By Nina Medvinskaya
Visitors at 2019 Making Brooklyn Bloom at Brooklyn Botanic Garden. Photo by Alvina Lai. Courtesy of Brooklyn Botanic Garden.
Saturday, March 9th – Brooklyn Botanic Garden recently kicked off spring gardening season by celebrating the 38th annual Making Brooklyn Bloom event. Gardening enthusiasts gathered to participate in a full day of conversations, presentations, and workshops brimming with valuable information and networking opportunities. The collaborative energy was palpable— this year’s theme honored BBG programs that work hand-in-hand with New York communities to grow greener city blocks. The event’s early birds were met by dozens of local greening and social justice organizations, at the Garden’s glass-gilded Palm House, eager to spread awareness and recruit members to their immersive community-oriented projects.
The selection of workshops to choose from was dizzying with options including cozying up to carnivorous plants, learning about the intricacies of at-home worm composting, and digging into the details of our ancestral seed histories. Although I couldn’t resist getting my carnivorous plant fix, I got the dish on all the workshops from fellow attendees who were eagerly exchanging workshop stories as soon as lunch broke out. The curious, collaborative, and committed energy of the crowd was impossible to resist, and I effortlessly found myself wrapped up in its collective knowledge-swapping spirit.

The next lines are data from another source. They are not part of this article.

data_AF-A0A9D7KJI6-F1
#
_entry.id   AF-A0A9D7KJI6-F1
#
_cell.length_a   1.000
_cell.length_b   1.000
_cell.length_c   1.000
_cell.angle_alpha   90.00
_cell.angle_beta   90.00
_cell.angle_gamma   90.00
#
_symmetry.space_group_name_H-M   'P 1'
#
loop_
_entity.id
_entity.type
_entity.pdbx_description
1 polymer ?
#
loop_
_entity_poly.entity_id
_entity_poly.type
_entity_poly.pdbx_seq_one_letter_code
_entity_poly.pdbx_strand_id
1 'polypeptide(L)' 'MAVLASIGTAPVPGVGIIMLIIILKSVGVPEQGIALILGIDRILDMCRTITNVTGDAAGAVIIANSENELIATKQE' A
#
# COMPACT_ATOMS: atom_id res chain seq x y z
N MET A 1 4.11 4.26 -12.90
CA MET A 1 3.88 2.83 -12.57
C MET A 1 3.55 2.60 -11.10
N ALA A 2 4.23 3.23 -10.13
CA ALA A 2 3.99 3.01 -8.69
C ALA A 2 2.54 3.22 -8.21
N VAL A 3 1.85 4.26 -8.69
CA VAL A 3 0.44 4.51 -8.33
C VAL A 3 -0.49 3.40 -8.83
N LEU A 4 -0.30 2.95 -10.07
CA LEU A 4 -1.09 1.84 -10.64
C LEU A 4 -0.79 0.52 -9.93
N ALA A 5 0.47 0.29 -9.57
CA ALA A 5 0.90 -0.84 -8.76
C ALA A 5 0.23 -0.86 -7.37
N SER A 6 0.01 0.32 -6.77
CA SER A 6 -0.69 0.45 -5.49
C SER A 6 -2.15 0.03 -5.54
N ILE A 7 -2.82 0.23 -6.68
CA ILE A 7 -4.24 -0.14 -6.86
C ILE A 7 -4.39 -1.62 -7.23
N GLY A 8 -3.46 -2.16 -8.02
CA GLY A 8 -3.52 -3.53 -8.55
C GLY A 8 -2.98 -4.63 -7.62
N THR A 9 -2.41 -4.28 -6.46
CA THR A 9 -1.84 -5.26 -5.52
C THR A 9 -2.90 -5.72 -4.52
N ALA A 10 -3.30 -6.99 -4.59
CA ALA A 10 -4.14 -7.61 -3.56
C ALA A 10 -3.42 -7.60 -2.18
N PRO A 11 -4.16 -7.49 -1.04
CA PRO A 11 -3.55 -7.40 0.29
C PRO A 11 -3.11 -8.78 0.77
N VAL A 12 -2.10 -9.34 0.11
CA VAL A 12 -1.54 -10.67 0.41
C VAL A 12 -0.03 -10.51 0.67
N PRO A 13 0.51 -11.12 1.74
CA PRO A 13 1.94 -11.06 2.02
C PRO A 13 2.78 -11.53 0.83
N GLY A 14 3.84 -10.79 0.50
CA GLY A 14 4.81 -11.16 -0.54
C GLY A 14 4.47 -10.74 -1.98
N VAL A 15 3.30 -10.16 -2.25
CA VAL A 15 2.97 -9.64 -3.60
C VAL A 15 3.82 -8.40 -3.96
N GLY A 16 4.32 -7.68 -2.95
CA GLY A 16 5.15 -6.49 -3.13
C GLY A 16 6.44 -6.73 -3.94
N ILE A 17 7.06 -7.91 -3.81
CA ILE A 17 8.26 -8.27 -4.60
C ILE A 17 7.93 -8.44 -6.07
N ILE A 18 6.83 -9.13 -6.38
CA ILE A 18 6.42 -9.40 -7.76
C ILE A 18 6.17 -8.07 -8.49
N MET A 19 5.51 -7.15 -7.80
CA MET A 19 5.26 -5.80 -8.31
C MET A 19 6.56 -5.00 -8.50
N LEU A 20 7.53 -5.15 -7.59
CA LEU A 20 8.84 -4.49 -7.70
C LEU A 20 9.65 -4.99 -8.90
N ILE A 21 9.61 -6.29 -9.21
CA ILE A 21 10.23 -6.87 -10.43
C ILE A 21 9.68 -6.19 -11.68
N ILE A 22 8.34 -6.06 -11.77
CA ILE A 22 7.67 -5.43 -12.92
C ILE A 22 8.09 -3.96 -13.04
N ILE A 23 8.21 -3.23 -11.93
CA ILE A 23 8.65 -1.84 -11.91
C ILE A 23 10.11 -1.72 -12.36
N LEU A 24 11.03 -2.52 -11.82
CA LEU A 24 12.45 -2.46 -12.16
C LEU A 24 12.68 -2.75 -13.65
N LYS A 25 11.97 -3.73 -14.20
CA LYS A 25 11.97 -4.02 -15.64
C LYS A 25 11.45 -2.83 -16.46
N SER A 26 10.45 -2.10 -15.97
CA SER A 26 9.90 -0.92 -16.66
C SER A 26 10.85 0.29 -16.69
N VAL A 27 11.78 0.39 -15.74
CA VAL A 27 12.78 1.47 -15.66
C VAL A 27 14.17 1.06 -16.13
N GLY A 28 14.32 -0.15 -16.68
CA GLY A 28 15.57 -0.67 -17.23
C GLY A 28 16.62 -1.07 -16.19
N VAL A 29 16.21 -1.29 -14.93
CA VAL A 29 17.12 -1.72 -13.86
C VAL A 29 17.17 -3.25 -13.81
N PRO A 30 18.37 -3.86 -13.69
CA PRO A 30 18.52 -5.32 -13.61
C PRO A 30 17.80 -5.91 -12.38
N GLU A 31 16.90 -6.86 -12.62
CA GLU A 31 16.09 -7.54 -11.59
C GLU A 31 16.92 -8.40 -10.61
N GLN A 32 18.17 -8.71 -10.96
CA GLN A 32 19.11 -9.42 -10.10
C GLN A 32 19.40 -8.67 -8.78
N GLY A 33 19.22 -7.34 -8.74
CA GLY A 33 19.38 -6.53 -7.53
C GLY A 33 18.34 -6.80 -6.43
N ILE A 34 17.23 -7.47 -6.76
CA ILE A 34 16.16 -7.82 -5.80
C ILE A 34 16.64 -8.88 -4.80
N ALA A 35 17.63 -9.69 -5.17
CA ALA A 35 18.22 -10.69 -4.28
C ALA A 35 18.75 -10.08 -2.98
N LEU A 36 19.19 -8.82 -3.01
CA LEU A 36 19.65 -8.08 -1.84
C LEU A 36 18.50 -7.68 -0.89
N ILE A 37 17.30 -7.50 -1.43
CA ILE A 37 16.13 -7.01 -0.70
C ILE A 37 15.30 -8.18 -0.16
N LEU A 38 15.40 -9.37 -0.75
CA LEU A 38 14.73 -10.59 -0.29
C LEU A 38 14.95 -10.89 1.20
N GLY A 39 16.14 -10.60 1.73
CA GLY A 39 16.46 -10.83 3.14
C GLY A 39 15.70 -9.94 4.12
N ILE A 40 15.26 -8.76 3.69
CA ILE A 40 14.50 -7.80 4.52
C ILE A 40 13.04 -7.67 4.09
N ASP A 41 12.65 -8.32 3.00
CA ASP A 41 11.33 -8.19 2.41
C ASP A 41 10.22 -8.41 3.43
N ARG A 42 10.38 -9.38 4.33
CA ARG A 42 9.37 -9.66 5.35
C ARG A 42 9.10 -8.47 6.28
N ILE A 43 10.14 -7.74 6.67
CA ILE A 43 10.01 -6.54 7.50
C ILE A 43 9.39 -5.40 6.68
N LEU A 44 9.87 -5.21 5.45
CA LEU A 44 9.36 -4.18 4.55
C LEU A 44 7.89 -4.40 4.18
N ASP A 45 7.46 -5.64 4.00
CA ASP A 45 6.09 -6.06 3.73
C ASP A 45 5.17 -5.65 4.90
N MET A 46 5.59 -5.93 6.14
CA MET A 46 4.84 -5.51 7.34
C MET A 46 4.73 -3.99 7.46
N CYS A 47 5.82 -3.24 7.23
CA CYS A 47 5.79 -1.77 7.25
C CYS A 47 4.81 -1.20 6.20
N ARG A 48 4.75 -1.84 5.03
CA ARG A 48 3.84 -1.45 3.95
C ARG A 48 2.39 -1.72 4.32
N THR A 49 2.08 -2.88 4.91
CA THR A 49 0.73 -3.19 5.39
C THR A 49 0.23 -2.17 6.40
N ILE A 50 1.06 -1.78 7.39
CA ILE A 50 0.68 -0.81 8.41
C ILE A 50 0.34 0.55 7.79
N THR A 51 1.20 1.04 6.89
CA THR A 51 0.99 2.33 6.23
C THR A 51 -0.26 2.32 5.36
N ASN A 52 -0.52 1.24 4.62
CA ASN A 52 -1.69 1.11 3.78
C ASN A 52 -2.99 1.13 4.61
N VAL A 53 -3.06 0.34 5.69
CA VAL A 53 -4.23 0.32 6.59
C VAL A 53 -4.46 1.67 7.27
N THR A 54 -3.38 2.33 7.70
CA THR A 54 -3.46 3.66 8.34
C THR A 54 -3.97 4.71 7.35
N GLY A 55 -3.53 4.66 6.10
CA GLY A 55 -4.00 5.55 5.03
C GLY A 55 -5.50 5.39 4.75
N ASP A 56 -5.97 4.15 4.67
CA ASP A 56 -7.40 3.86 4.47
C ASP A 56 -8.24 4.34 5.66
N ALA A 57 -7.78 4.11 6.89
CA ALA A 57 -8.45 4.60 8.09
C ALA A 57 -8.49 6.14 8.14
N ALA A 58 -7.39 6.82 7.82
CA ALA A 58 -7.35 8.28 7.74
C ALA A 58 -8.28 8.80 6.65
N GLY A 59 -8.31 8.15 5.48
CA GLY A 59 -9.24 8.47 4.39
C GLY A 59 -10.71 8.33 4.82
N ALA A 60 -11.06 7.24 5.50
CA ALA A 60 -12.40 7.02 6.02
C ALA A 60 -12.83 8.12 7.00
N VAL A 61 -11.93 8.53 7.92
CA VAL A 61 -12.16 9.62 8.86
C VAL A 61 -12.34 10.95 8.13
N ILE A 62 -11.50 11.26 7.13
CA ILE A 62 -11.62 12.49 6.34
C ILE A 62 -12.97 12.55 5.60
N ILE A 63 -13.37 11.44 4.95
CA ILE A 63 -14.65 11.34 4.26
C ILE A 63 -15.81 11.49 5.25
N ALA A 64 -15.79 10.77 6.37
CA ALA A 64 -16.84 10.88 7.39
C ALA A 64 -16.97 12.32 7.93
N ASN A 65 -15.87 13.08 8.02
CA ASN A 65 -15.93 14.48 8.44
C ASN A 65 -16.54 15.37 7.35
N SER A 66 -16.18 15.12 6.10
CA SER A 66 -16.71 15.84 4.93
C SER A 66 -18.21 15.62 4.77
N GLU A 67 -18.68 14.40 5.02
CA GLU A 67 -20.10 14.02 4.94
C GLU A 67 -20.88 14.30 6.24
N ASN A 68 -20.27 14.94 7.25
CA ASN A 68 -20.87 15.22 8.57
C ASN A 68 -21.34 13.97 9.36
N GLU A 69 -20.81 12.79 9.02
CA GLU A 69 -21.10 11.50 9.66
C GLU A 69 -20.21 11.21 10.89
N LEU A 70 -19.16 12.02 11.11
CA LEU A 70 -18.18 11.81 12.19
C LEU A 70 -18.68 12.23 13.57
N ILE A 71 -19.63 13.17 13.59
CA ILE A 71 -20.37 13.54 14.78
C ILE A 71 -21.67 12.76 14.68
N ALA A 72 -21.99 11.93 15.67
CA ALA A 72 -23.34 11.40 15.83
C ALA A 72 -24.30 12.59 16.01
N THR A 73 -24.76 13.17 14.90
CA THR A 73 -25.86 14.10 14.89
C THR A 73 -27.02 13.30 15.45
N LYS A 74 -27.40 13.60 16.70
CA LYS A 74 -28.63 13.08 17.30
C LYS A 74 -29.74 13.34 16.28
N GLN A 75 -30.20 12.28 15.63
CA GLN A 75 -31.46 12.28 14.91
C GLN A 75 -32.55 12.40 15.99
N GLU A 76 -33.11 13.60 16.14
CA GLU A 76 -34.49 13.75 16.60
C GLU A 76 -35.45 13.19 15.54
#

The centerpiece of the event was an inspiring keynote address delivered by the garden mentors of the 300 East 25th Street Block Association. The six women who graced the stage were true veterans of the Greenest Block in Brooklyn competition, having won the title consecutive times with their unbelievably verdant block. All women of immigration, they told stories of how they found home in the U.S. through gardening and how they cultivated a neighborhood family through the care they invested in nurturing their land. Their address was both a testament to those that keep NYC’s green heart beating as well as an invitation for others to join in the efforts. An enthusiastic visitor summed up the day’s ethos best:
“This event feels like coming home each spring to ‘my people,’ and to the faith that good people are doing amazing things all over, no matter how bad things get around us.”